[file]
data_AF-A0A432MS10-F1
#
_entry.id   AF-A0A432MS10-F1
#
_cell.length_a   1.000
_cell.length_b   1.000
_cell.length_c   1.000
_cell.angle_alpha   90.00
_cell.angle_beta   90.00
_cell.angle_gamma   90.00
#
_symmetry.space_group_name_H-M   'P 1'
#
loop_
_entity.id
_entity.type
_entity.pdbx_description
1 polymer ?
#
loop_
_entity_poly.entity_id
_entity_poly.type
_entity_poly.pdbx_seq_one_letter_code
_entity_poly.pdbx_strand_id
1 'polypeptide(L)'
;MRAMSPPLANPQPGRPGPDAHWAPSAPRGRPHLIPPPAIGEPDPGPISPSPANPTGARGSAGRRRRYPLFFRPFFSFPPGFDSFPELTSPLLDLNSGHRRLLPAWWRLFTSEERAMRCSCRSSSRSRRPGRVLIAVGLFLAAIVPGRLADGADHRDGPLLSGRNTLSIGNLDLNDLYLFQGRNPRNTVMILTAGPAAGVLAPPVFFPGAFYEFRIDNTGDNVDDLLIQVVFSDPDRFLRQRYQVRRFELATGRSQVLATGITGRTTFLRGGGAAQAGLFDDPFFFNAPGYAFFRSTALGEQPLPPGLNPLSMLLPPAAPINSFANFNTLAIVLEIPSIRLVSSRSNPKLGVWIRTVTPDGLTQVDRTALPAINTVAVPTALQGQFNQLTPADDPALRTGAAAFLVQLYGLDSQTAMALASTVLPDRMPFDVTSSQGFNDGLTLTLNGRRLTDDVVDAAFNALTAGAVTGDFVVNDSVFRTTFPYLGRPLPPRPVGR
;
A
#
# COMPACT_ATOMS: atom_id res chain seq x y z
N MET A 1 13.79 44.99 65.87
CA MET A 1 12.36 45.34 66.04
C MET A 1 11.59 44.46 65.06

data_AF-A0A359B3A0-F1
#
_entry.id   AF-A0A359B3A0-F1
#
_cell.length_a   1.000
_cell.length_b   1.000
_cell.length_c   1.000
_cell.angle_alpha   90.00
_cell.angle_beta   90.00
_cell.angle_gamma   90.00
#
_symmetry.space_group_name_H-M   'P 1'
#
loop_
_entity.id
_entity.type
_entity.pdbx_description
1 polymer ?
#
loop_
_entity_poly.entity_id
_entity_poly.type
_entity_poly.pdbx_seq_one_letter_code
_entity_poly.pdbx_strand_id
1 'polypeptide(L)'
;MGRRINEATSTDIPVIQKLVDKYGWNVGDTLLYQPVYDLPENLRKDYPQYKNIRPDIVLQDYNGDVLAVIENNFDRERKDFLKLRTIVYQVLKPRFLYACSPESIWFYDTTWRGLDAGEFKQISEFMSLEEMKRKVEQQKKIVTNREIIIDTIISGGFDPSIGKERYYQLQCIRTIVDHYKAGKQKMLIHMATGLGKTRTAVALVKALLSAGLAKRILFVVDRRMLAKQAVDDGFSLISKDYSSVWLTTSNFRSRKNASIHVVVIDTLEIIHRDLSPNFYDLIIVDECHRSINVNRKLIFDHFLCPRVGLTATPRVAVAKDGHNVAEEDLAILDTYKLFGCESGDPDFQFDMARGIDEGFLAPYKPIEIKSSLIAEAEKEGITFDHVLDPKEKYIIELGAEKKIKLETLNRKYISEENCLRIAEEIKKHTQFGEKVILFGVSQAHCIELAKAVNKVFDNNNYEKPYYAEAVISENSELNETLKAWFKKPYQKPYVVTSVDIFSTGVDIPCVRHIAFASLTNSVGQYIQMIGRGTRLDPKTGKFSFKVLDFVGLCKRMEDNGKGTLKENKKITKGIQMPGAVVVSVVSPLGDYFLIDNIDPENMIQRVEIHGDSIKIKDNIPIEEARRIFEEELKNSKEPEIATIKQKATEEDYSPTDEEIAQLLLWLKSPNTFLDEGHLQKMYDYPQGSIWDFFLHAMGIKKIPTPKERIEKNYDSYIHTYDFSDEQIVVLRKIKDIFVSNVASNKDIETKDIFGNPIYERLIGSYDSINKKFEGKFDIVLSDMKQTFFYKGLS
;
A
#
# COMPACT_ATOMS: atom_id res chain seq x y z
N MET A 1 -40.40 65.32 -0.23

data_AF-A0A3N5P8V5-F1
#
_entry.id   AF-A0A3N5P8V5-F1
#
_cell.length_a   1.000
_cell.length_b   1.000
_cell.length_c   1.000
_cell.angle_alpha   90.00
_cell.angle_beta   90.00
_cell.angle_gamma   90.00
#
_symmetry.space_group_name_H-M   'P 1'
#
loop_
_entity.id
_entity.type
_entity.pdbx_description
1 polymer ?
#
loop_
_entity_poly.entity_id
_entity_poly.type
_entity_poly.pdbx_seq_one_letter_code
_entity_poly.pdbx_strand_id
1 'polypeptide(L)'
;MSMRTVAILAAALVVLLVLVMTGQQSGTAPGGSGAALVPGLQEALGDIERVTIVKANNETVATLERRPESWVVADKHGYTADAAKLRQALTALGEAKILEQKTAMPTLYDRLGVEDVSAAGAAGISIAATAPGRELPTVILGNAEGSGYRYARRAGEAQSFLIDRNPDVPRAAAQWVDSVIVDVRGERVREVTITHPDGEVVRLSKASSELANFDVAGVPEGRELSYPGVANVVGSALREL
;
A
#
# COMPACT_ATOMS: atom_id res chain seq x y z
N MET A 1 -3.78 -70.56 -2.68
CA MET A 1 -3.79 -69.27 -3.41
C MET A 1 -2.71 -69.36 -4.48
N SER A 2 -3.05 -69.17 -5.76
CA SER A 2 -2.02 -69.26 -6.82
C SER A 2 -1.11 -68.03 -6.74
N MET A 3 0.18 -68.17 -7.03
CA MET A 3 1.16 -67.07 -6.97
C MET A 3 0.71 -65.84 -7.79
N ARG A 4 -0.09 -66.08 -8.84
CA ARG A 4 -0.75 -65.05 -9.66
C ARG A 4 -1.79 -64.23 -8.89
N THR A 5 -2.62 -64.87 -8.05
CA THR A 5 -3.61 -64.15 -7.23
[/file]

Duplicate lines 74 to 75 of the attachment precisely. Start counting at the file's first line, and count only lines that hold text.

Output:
_cell.angle_gamma   90.00
#